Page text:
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This is how to use a jewelry saw. Off course you can just go ahead and use it randomly, but with just these few tips, everything will be way easier.

Step 1: WHAT YOU NEED

You need:

-a jewelry saw blade,

-blades, wax,

-a piece of wood (cut as in the photo),

-a good clamp.

Step 2: CHOOSE THE BLADE

There is many chart online for how to choose your blade depending on what you are cutting. But in general as hard as your material is, as thiner the teeth of the blade should be. For metal at list two to three teeth for as thick the sheet you need to cut is. Thiner blades can be more precise, but they also break way more easily.

Step 3: BLADE DIRECTION

With your finger feel the blade direction. You have to place it in your saw, so that it will cut by pulling, not pushing.

Step 4: PLACE THE BLADE

Place one end of the blade in the part more near the handle. Screw it tight.

Step 5: THE OTHER EDGE OF THE BLADE

The other edge of the blade should not quite arrive to the other side of the saw. It should miss few millimeters.

Step 6: PUSH AND PLACE BLADE

Push the saw against something, holding it from the handle, so that the blade will reach the other edge.

Close it really tight.

Step 7: FEEL THE BLADE

The blade now should be really tight, and make a nice sharp sound.

Step 8: WAX THE BLADE

Wax the behind side of the blade (not the front part with the teeth).

If you never did it before, you should give it a try: it really make a difference when cutting metal.

It make the blade get less stocked, and make it move easier and smoother.

Step 9: CLAMP THE WOOD

Clamp the wood very firmly on a table. I did my piece with a scrap piece of wood and a jig saw.

Step 10: CUT

Place yourself in front of the piece to cut. Don't push too much the saw, or the blade will easily break.

Keep the saw in the middle of the wood hole, moving the piece you have to cut with your other hand.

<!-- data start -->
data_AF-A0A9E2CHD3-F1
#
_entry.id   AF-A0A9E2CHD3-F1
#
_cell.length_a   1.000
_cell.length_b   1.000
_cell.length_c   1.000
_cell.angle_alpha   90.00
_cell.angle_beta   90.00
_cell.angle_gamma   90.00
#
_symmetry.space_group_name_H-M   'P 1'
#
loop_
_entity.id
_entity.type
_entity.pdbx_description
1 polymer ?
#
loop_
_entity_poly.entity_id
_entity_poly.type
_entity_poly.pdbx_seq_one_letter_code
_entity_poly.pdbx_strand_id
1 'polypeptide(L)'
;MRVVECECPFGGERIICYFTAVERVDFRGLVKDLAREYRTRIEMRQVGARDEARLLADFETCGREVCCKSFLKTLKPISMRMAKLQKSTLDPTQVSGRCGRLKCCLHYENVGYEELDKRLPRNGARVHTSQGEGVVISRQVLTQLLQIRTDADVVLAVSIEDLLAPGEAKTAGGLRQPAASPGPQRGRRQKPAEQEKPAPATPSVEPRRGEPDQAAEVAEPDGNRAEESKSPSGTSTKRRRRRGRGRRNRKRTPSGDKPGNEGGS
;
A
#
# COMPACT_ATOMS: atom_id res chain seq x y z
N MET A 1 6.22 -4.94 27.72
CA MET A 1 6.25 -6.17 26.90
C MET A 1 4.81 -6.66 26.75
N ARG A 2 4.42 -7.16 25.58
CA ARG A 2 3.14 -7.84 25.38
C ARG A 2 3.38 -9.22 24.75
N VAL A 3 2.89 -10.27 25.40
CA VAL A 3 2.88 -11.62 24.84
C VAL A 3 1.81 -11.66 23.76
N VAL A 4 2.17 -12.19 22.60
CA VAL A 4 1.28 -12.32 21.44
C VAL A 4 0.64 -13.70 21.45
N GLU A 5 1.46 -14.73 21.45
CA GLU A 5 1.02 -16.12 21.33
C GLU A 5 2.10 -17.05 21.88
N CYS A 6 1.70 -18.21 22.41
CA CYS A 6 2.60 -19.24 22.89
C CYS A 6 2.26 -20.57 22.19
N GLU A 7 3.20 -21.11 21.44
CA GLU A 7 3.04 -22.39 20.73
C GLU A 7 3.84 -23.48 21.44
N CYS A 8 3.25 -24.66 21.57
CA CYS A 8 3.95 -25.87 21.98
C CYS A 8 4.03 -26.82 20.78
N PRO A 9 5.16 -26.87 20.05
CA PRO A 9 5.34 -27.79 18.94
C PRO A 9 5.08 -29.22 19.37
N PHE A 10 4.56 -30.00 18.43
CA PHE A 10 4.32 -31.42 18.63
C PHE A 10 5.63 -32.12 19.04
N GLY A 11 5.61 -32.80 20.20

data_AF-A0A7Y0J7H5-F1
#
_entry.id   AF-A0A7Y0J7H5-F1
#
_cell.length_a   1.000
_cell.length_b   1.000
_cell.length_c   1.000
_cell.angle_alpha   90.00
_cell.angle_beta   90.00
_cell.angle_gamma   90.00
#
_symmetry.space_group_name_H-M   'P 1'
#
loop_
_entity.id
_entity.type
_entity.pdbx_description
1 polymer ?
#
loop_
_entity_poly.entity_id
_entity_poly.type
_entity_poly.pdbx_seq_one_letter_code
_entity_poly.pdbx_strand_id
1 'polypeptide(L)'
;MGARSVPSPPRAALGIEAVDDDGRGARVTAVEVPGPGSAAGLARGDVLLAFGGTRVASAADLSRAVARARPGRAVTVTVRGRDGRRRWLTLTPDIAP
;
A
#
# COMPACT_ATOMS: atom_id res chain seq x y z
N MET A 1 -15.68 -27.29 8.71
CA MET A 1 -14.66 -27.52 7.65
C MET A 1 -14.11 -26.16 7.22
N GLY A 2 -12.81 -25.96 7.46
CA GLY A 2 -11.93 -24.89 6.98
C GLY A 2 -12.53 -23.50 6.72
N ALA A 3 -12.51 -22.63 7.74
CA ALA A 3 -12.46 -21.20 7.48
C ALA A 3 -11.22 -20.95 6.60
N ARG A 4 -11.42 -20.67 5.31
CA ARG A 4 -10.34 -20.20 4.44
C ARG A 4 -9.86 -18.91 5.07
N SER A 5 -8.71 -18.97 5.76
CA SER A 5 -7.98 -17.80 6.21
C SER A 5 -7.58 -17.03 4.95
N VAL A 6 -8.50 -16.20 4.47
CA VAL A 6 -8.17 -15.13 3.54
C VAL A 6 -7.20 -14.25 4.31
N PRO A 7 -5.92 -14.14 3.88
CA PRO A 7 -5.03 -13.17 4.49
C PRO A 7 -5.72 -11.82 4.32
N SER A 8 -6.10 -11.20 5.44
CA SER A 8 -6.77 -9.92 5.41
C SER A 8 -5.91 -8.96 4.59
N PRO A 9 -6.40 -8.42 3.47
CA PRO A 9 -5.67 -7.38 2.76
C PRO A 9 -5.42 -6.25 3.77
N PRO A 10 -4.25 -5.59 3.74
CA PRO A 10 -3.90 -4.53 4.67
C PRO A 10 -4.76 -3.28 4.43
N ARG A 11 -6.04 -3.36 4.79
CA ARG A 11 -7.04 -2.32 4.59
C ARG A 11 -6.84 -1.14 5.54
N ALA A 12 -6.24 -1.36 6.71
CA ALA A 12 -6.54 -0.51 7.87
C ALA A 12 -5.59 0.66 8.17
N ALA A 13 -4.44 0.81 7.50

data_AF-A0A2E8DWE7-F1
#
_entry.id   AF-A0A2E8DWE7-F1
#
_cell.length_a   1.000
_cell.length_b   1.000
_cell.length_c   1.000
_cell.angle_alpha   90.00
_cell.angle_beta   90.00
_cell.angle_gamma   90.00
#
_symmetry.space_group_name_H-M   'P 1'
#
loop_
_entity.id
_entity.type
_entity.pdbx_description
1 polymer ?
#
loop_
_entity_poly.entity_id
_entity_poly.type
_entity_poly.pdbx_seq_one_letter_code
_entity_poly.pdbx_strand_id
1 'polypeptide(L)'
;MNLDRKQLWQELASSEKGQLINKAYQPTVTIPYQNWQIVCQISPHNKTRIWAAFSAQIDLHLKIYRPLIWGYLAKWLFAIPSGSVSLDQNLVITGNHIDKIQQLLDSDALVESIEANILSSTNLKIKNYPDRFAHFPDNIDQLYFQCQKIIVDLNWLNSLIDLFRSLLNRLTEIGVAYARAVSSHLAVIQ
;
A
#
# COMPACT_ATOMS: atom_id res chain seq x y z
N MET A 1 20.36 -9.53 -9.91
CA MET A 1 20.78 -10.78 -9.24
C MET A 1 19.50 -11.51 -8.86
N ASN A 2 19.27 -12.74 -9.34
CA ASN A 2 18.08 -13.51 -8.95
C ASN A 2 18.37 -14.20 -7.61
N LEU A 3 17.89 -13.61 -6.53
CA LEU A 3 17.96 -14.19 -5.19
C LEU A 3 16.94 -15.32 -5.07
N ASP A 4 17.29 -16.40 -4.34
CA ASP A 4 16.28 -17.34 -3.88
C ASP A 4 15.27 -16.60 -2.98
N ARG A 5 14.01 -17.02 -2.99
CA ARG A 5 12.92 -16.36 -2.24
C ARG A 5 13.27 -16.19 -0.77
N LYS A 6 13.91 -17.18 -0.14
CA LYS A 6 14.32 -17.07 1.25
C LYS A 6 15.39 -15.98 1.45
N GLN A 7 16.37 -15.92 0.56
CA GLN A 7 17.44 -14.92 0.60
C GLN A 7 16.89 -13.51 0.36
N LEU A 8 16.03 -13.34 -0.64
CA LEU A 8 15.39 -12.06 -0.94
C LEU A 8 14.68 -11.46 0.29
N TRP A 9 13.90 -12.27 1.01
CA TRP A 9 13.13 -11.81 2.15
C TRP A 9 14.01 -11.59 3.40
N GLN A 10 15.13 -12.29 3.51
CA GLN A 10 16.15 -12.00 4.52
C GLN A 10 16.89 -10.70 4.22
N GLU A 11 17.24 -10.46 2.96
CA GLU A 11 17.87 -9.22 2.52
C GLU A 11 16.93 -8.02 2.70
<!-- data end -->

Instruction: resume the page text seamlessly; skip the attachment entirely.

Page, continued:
WEAR GLOVES ON THE HAND THAT HOLD THE PIECE TO CUT, THE BLADES ARE REALLY SHARP, AND EASILY CUT TROUGH YOUR FINGERS.

Step 11: IF YOU NEED TO CUT AN INSIDE PART

If you need to cut something in the inside part of a piece of metal, just punch a little hole where you need to cut, insert the blade in the hole, and do the previous step of how to place the blade and cut.

Great instruction! Can you explain how to use a tracing paper while sawing? I'm reading a book where the author is teaching how to saw through tracing paper but I can't get it how she made the paper not to move back and forth while sawing. Should it be secured with something?
<p>I don't know about cutting tracing paper&hellip;sorry I can't help. Anyways, just about curiosity, what is the purpose?</p>
<p>You can draw your design on the tracing paper (or any paper, really) and then attach it to the metal with rubber cement or a glue stick to keep it in place while you saw through both it and the metal at the same time. That way, you don't have to draw on the metal -- which sometimes, can be problematic.</p>
<p>glue the full piece of paper onto the metal. I have not tried rubber cement. We used a glue stick in the class I took, but I like the rubber cement idea. </p>
<p>attach the paper [not necessarily tracing paper] to the metal sheet with rubber cement; you can then cut out your design without the paper moving.</p>
<p>Muy buena explicaci&oacute;n no sabia poner bien la cera,gracias!</p><p><br></p>
<p>gracias!</p>
<p>never forget to let the blade do the work, in high school jewelry class, i saw a girl cut through half of her finger because the blade wasn't tight enough, and i saw a boy pierce the blade straight through his finger, for the same reason. don't push it, guide it.</p>
davenbill thanks so much for the idea!
I agree with the saw safety, I was using a hand wood saw and got a nasty cut from the blade because it slipped out of the workpiece.
<p>Awesome, thanks for the detailed instructions. I will refer to when I use my saw again as I use it infrequently!</p>
hi this a good basic introduction. Two things: it's jewellery and the blade selection it is normal to have fine teeth for thin metal I was always taught that there should be at least two teeth for the thickness.
<p>Yes, I have to correct that, I meant material, not metal. I also cut bones and really hard wood, so that was just a really general tips. I'll add your too.</p><p>Thanks.</p>

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